Page 11 - Foreign Service Journal - April 2012

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A P R I L 2 0 1 2 / F O R E I G N S E R V I C E J O U R N A L
and Mali, among many other Foreign
Service assignments.
Once confirmed, Amb. White will
need to draw on every bit of that ca-
reer experience to succeed in her new
posting. Recovery from the Jan. 12,
2010, earthquake that registered 7.0
on the Richter scale, killed more than
300,000 people and destroyed the
lives of thousands of others continues
to be painfully slow. At least half a mil-
lion Haitians are still living in tempo-
rary settlements, according to the
International Organization for Migra-
As if the death toll and damage to
infrastructure were not enough, Haiti
is also struggling to rebuild political,
economic and social institutions hol-
lowed out by many decades of social
injustice and political turmoil. Accord-
ing to a United Nations Development
Program study
), thr
quarters of the population “lives on less
than $2 per day, and 56 percent
four and a half million people
on less than $1 per day.”
Michel Martelly, a former musician
with the stage name “Sweet Micky,”
has been president of Haiti since May
2011. He won office on a platform of
jump-starting the country’s recovery
and fighting corruption.
Despite initial doubts about his
abilities, his administration has made
real progress. The Inter-American Di-
) re
ports that more than half of the 10
million cubic feet of debris from the
disaster has been removed, and notes
that plans to set up an industrial park
in the northeastern part of the island
could bring 20,000 jobs.
Martelly has had much less success
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Vinson Hall
Although North Korean negotiators reportedly have agreed to suspend uranium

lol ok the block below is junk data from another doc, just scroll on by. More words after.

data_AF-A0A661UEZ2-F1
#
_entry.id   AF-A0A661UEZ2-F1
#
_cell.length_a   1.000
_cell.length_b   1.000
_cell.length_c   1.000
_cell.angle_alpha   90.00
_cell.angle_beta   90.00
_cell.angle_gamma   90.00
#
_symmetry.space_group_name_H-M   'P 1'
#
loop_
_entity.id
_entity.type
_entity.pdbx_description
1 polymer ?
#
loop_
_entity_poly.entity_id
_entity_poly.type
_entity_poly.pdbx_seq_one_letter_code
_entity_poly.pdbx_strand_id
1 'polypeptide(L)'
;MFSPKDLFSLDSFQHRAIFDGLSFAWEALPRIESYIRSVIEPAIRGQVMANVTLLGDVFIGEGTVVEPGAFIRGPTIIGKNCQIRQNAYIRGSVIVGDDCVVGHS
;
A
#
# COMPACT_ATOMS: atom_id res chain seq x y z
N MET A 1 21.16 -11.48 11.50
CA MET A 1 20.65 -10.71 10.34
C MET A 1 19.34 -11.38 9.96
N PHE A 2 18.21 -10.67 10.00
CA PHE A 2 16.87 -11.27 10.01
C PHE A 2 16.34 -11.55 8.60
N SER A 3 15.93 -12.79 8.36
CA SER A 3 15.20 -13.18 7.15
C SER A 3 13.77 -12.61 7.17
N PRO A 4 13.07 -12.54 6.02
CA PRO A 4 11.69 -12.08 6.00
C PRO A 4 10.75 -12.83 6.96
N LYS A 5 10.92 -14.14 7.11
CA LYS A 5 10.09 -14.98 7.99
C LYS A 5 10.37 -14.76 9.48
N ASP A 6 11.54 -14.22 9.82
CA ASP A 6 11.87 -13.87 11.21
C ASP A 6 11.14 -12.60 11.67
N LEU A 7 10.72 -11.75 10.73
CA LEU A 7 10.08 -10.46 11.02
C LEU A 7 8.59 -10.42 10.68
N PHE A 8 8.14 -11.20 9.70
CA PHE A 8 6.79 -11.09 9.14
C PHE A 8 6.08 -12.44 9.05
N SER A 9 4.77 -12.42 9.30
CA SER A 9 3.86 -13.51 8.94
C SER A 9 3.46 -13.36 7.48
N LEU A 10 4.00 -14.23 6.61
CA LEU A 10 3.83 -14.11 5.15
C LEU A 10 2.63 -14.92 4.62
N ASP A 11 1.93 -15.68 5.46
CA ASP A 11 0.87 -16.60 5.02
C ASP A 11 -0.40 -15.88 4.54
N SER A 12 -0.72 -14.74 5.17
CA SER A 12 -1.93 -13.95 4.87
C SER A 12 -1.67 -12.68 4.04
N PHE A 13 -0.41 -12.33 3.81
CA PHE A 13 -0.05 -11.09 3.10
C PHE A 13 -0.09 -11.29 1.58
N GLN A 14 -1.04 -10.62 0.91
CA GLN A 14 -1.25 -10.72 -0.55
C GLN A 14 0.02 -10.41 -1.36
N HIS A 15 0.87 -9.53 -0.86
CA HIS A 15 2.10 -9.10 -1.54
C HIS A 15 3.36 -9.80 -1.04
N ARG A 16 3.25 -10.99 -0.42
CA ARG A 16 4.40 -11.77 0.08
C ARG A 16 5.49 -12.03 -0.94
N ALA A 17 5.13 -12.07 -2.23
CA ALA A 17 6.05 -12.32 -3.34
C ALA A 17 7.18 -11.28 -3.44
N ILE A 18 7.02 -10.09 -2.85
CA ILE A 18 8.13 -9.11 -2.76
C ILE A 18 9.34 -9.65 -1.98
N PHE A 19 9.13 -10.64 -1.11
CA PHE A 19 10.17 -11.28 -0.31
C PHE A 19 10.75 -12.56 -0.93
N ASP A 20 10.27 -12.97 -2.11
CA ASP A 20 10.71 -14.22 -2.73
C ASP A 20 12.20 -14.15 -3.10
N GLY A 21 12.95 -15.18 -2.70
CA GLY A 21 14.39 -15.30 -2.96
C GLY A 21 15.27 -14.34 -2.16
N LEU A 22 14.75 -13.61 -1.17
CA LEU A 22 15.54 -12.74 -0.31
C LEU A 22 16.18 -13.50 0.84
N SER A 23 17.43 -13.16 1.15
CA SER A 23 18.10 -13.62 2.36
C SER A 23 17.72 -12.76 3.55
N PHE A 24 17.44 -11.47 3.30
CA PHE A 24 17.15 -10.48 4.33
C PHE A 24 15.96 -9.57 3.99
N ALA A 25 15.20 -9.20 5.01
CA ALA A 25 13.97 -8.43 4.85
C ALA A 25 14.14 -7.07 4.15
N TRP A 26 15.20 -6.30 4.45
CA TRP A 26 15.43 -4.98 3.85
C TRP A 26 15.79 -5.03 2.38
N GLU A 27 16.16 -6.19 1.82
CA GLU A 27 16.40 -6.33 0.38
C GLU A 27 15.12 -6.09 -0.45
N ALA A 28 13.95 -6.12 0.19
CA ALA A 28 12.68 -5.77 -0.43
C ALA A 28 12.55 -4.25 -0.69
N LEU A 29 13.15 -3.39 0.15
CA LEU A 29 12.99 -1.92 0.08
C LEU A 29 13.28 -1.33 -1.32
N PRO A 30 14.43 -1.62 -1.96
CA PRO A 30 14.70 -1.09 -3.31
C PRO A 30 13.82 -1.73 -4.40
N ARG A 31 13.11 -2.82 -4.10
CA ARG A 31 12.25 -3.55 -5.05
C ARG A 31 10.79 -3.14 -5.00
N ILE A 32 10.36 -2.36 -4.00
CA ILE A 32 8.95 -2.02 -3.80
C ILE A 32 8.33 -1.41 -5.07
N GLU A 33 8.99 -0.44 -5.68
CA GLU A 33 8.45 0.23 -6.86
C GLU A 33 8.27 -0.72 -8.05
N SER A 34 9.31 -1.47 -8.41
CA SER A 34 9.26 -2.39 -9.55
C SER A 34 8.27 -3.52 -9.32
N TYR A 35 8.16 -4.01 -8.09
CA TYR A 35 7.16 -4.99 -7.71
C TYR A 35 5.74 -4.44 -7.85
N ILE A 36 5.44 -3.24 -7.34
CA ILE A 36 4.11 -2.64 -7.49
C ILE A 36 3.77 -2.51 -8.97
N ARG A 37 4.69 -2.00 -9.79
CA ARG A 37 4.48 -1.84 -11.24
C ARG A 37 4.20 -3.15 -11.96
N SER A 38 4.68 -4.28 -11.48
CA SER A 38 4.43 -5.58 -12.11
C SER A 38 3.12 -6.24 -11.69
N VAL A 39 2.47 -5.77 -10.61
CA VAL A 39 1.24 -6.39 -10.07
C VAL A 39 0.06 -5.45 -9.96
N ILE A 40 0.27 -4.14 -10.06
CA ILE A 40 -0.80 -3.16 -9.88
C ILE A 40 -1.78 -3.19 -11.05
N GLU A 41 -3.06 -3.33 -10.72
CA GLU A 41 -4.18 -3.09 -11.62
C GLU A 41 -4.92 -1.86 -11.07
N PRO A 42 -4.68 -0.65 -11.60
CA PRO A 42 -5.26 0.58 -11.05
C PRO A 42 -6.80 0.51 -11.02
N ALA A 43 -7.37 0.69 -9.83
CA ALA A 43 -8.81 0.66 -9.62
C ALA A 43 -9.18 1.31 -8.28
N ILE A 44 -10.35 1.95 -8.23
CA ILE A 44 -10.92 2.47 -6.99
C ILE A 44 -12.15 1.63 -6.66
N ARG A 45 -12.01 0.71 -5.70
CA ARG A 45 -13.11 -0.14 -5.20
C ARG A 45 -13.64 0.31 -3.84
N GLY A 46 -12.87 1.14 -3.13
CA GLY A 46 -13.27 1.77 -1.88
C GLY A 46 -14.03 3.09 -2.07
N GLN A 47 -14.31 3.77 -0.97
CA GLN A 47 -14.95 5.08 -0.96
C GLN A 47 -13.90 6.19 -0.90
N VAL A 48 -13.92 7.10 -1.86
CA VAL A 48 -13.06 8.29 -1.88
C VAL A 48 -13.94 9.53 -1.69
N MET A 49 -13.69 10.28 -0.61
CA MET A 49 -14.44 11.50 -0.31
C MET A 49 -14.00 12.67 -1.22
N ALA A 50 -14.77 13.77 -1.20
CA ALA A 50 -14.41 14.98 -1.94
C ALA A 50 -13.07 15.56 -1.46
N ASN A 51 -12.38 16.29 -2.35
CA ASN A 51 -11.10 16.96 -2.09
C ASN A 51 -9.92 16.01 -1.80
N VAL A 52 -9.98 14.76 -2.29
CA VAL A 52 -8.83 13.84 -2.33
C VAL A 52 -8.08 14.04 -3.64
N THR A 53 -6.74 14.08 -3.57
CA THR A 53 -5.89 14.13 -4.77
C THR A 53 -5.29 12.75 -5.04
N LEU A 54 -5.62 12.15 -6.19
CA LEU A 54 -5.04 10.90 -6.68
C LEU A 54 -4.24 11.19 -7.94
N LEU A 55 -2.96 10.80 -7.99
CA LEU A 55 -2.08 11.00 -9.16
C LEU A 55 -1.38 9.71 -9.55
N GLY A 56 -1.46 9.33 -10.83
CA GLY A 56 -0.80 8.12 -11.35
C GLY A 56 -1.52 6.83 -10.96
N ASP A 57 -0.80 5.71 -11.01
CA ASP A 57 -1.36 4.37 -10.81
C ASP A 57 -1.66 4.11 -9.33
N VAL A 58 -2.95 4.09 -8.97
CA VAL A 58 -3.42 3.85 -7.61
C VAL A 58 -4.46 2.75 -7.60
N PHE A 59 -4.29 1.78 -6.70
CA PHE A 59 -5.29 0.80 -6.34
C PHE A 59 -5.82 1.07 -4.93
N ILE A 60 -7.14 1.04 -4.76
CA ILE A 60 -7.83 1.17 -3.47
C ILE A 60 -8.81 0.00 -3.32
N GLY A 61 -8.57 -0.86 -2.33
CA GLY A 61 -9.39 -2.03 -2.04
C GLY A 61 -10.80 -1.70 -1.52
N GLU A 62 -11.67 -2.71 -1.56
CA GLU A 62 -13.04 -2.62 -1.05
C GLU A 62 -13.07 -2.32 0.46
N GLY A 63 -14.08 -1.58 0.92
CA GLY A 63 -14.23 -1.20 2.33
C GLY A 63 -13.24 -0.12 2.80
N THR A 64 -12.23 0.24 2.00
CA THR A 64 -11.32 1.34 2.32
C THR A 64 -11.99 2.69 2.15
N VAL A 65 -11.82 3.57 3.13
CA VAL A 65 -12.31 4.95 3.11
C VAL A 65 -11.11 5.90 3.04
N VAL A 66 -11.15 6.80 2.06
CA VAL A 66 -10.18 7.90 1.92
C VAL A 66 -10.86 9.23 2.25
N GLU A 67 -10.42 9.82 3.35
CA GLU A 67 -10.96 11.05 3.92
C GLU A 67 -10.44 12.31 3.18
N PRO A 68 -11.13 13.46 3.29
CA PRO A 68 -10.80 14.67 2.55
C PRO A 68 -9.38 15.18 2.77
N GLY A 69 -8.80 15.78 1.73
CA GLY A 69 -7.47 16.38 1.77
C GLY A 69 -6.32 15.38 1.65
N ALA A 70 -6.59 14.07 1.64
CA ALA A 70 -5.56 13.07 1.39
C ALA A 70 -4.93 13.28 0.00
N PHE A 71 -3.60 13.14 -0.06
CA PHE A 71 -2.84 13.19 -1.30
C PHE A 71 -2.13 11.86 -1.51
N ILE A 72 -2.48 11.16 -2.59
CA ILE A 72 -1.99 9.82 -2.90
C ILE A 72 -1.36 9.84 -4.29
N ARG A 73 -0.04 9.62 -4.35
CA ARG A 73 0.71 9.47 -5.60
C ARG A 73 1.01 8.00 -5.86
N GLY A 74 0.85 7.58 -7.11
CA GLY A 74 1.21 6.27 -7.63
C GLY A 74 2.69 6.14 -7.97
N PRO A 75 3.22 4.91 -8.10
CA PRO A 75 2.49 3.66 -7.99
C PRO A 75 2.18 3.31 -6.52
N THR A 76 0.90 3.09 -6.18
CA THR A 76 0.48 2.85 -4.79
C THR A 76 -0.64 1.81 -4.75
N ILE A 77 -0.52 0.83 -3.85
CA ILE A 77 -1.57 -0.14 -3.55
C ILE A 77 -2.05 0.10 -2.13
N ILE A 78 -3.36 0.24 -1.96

enrichment and nuclear tests, global anxiety continues to mount over the possi-
bility that Tehran will soon develop its own nuclear capability — or that Israel will
launch a pre-emptive strike to head off that possibility. Either scenario could trig-
ger widespread conflict and instability.
Against that backdrop, it is timely that Alex Wellerstein, a science historian at
the American Institute of Physics
(, rec
ently added a new feature to
his Nuclear Secrecy blog
Ominously called Nukemap, the site prompts viewers to select a location and
a bomb size, then illustrates the approximate blast radius and radiation reach when
such a weapon is deployed. The program emerged from exercises Wellerstein de-
veloped while teaching physics at Harvard University and the Massachusetts In-
stitute of Technology.
During the site’s first month alone, more than 200,000 unique visitors set off
an average of five detonations each. The majority of these “blasts” have taken
place in the United States and Western Europe, but a map depicting visitors’ se-
lections makes clear that interest in the subject is truly worldwide.
Written from a nonpartisan perspective, Nuclear Secrecy analyzes current
events related to nuclear weapons, civil defense and related subjects. It also of-
fers a trove of historical documents and resources for teachers, students and re-
— Steven Alan Honley, Editor